Suppression of innate immunity by the vaccinia virus protein N1 promotes skin microbiota expansion and increased immune infiltration following vaccination
Shmeleva EV., Syafiq D., Moldoveanu AL., Ferguson BJ., Smith GL.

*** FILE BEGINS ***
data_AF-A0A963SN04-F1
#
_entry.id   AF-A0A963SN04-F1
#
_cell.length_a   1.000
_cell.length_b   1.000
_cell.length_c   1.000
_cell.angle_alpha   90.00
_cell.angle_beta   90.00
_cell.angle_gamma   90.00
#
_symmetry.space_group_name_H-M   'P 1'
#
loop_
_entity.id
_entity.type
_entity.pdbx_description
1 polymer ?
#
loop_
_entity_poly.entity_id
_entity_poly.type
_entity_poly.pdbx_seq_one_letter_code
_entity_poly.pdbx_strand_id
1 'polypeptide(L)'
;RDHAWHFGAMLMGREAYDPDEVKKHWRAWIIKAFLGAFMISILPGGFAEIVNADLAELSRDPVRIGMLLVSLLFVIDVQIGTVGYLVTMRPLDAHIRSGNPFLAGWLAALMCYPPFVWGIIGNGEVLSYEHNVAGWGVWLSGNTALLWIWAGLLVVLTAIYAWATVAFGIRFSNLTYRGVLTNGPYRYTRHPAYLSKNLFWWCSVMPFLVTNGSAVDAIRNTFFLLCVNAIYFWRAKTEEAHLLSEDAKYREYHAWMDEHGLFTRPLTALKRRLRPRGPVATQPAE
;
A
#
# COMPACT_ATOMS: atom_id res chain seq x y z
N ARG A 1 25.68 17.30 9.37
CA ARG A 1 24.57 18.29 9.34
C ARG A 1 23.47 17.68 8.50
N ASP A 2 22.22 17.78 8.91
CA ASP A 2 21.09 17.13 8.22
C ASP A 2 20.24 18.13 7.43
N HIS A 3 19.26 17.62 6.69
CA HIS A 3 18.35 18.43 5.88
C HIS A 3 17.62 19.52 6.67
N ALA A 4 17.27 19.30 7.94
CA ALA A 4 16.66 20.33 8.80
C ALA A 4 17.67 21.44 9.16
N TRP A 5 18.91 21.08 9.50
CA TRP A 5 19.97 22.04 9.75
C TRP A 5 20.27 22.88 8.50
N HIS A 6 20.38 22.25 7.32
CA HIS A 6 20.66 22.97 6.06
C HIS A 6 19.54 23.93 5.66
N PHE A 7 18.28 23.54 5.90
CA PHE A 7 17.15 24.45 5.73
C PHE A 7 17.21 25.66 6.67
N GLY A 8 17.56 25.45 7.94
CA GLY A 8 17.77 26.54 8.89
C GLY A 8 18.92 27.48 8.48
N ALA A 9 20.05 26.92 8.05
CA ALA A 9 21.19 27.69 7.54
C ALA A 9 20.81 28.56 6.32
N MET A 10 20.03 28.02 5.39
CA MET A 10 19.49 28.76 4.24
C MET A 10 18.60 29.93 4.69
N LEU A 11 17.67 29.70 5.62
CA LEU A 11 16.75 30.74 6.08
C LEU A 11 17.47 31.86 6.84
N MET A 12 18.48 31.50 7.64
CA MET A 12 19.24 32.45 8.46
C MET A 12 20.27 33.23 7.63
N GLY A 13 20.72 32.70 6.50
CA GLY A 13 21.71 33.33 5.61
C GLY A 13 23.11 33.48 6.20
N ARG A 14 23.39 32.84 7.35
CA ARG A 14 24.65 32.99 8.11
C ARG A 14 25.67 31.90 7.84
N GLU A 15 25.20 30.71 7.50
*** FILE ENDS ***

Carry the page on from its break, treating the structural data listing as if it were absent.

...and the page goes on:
Vaccinia virus (VACV) protein N1 is an intracellular immunomodulator that contributes to virus virulence via inhibition of NF-κB. Intradermal infection with a VACV lacking gene N1L (vΔN1) results in smaller skin lesions than infection with wild-type virus (WT VACV), but the impact of N1 deletion on the local microbiota as well as the innate and cellular immune responses in infected ear tissue is mostly uncharacterized. Here, we analysed the bacterial burden and host immune response at the site of infection and report that the presence of protein N1 correlated with enhanced expansion of skin microbiota, even before lesion development. Furthermore, early after infection (days 1–3), prior to lesion development, the levels of inflammatory mediators were higher in vΔN1-infected tissue compared to WT VACV infection. In contrast, infiltration of ear tissue with myeloid and lymphoid cells was greater after WT VACV infection and there was significantly greater secondary bacterial infection that correlated with greater lesion size. We conclude that a more robust innate immune response to vΔN1 infection leads to better control of virus replication, less bacterial growth and hence an overall reduction of tissue damage and lesion size. This analysis shows the potent impact of a single viral immunomodulator on the host immune response and the pathophysiology of VACV infection in the skin.